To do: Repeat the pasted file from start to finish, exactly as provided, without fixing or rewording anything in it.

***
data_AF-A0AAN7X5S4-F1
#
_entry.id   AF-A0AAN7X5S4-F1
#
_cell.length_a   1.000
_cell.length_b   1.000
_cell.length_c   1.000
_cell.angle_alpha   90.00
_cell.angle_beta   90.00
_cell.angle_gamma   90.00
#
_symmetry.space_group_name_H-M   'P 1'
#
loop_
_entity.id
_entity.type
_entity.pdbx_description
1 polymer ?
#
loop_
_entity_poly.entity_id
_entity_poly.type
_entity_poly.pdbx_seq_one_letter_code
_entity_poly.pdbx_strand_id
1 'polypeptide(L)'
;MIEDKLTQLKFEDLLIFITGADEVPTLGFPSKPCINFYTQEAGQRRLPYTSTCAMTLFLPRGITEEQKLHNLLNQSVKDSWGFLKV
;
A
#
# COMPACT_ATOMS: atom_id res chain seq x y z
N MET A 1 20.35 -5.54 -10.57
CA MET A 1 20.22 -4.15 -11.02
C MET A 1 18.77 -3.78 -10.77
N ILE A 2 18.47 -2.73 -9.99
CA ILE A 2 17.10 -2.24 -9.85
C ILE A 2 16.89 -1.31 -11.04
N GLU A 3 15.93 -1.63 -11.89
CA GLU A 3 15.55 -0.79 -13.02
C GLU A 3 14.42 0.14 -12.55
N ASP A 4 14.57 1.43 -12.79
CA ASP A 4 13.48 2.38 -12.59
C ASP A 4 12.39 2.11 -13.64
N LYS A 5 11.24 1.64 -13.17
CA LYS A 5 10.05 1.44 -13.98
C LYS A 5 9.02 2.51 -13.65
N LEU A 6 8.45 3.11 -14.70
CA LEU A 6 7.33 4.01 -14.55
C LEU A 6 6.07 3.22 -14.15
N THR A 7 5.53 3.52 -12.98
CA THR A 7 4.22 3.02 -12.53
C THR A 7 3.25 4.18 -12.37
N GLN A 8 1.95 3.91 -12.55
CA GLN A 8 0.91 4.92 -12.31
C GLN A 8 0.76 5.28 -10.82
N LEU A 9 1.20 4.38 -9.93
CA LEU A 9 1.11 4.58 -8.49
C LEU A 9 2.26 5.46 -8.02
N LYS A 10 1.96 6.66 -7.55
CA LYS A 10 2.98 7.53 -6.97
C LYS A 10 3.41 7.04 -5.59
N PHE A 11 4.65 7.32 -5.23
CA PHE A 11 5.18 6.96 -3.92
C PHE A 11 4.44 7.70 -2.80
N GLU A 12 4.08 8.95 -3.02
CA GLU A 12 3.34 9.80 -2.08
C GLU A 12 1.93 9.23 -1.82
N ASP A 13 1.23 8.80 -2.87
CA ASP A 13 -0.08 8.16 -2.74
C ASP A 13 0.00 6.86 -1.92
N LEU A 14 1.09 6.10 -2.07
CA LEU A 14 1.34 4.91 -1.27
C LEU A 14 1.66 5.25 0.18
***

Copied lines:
data_AF-A0AAN7X5S4-F1
#
_entry.id   AF-A0AAN7X5S4-F1
#
_cell.length_a   1.000
_cell.length_b   1.000
_cell.length_c   1.000
_cell.angle_alpha   90.00
_cell.angle_beta   90.00
_cell.angle_gamma   90.00
#
_symmetry.space_group_name_H-M   'P 1'
#
loop_
_entity.id
_entity.type
_entity.pdbx_description
1 polymer ?
#
loop_
_entity_poly.entity_id
_entity_poly.type
_entity_poly.pdbx_seq_one_letter_code
_entity_poly.pdbx_strand_id
1 'polypeptide(L)'
;MIEDKLTQLKFEDLLIFITGADEVPTLGFPSKPCINFYTQEAGQRRLPYTSTCAMTLFLPRGITEEQKLHNLLNQSVKDSWGFLKV
;
A
#
# COMPACT_ATOMS: atom_id res chain seq x y z
N MET A 1 20.35 -5.54 -10.57
CA MET A 1 20.22 -4.15 -11.02
C MET A 1 18.77 -3.78 -10.77
N ILE A 2 18.47 -2.73 -9.99
CA ILE A 2 17.10 -2.24 -9.85
C ILE A 2 16.89 -1.31 -11.04
N GLU A 3 15.93 -1.63 -11.89
CA GLU A 3 15.55 -0.79 -13.02
C GLU A 3 14.42 0.14 -12.55
N ASP A 4 14.57 1.43 -12.79
CA ASP A 4 13.48 2.38 -12.59
C ASP A 4 12.39 2.11 -13.64
N LYS A 5 11.24 1.64 -13.17
CA LYS A 5 10.05 1.44 -13.98
C LYS A 5 9.02 2.51 -13.65
N LEU A 6 8.45 3.11 -14.70
CA LEU A 6 7.33 4.01 -14.55
C LEU A 6 6.07 3.22 -14.15
N THR A 7 5.53 3.52 -12.98
CA THR A 7 4.22 3.02 -12.53
C THR A 7 3.25 4.18 -12.37
N GLN A 8 1.95 3.91 -12.55
CA GLN A 8 0.91 4.92 -12.31
C GLN A 8 0.76 5.28 -10.82
N LEU A 9 1.20 4.38 -9.93
CA LEU A 9 1.11 4.58 -8.49
C LEU A 9 2.26 5.46 -8.02
N LYS A 10 1.96 6.66 -7.55
CA LYS A 10 2.98 7.53 -6.97
C LYS A 10 3.41 7.04 -5.59
N PHE A 11 4.65 7.32 -5.23
CA PHE A 11 5.18 6.96 -3.92
C PHE A 11 4.44 7.70 -2.80
N GLU A 12 4.08 8.95 -3.02
CA GLU A 12 3.34 9.80 -2.08
C GLU A 12 1.93 9.23 -1.82
N ASP A 13 1.23 8.80 -2.87
CA ASP A 13 -0.08 8.16 -2.74
C ASP A 13 0.00 6.86 -1.92
N LEU A 14 1.09 6.10 -2.07
CA LEU A 14 1.34 4.91 -1.27
C LEU A 14 1.66 5.25 0.18